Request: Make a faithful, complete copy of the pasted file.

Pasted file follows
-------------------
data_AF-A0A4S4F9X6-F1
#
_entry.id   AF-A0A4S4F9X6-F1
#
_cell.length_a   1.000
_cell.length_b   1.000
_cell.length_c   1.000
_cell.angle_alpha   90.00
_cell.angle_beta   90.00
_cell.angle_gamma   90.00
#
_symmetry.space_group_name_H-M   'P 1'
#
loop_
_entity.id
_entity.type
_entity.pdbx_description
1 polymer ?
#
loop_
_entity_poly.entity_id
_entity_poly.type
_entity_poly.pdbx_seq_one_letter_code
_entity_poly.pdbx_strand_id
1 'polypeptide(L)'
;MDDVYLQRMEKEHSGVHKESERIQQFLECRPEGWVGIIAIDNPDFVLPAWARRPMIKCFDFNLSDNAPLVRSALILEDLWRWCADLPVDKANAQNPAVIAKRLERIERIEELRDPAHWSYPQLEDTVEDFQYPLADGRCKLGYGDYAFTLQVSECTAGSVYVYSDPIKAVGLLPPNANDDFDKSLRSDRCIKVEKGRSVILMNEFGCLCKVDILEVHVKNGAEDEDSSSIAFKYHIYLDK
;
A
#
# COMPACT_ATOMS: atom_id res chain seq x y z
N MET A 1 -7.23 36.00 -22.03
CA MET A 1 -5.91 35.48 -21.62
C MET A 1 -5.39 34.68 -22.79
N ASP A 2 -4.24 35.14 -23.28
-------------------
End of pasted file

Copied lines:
data_AF-A0A4S4F9X6-F1
#
_entry.id   AF-A0A4S4F9X6-F1
#
_cell.length_a   1.000
_cell.length_b   1.000
_cell.length_c   1.000
_cell.angle_alpha   90.00
_cell.angle_beta   90.00
_cell.angle_gamma   90.00
#
_symmetry.space_group_name_H-M   'P 1'
#
loop_
_entity.id
_entity.type
_entity.pdbx_description
1 polymer ?
#
loop_
_entity_poly.entity_id
_entity_poly.type
_entity_poly.pdbx_seq_one_letter_code
_entity_poly.pdbx_strand_id
1 'polypeptide(L)'
;MDDVYLQRMEKEHSGVHKESERIQQFLECRPEGWVGIIAIDNPDFVLPAWARRPMIKCFDFNLSDNAPLVRSALILEDLWRWCADLPVDKANAQNPAVIAKRLERIERIEELRDPAHWSYPQLEDTVEDFQYPLADGRCKLGYGDYAFTLQVSECTAGSVYVYSDPIKAVGLLPPNANDDFDKSLRSDRCIKVEKGRSVILMNEFGCLCKVDILEVHVKNGAEDEDSSSIAFKYHIYLDK
;
A
#
# COMPACT_ATOMS: atom_id res chain seq x y z
N MET A 1 -7.23 36.00 -22.03
CA MET A 1 -5.91 35.48 -21.62
C MET A 1 -5.39 34.68 -22.79
N ASP A 2 -4.24 35.14 -23.28